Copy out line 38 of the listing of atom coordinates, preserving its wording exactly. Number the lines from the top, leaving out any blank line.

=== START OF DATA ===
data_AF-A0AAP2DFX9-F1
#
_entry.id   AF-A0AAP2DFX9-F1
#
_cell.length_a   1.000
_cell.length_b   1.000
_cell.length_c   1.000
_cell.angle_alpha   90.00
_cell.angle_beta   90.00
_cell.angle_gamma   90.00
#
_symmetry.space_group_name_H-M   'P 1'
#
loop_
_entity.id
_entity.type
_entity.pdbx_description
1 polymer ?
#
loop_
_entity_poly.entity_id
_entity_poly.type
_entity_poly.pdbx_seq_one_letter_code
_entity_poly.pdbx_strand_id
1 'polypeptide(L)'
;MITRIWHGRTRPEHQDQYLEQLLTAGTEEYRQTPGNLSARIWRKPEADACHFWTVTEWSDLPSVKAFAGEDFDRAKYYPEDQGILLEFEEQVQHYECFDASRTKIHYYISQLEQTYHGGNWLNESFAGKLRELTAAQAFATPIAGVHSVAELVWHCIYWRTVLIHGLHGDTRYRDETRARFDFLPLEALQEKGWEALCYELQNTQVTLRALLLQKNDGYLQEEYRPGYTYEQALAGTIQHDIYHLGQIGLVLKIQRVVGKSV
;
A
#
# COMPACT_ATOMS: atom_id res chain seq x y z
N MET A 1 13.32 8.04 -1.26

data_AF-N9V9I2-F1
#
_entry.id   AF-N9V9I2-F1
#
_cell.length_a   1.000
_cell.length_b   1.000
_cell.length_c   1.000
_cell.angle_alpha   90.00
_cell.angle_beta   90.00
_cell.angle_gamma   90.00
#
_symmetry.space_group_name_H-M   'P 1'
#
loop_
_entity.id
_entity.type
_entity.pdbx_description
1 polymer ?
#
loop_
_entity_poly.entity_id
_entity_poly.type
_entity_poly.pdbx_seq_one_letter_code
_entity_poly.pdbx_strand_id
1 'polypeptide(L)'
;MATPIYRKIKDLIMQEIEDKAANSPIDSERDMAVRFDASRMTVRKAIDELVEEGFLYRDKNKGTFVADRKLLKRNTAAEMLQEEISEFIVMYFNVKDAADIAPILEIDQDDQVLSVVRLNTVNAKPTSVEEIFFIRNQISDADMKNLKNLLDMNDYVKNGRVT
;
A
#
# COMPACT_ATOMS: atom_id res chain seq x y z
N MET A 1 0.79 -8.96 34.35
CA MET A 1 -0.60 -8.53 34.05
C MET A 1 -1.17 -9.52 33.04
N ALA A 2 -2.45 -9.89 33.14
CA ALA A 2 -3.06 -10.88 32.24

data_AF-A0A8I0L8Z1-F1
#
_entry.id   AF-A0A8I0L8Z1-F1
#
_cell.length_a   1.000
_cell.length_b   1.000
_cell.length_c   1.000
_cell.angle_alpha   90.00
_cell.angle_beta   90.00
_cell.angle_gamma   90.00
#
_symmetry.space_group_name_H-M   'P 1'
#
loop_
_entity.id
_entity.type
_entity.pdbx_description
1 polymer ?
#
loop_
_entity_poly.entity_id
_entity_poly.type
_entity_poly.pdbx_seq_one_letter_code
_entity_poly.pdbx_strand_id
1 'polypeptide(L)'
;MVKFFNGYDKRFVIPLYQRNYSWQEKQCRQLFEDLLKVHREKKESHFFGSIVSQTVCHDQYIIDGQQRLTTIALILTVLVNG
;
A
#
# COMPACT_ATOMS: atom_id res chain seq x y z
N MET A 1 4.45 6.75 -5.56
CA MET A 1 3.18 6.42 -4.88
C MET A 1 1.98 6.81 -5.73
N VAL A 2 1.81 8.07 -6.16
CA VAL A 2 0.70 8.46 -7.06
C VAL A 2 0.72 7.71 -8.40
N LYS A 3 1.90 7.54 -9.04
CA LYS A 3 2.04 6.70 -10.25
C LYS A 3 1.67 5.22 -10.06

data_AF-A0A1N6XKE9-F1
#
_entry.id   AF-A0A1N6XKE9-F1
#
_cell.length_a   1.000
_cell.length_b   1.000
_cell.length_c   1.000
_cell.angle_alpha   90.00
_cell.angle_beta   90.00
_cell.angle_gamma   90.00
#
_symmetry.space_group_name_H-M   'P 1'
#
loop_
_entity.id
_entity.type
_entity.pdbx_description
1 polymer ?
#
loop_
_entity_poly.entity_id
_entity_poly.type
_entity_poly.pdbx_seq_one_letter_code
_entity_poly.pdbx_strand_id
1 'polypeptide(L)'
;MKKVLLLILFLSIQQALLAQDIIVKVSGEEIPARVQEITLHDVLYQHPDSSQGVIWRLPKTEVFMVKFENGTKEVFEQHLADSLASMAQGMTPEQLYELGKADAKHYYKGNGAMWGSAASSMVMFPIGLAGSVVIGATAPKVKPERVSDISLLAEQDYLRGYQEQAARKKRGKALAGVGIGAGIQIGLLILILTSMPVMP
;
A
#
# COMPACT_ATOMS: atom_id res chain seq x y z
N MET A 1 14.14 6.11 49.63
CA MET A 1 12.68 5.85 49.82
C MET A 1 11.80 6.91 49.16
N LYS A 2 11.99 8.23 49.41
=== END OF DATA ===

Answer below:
_cell.length_c   1.000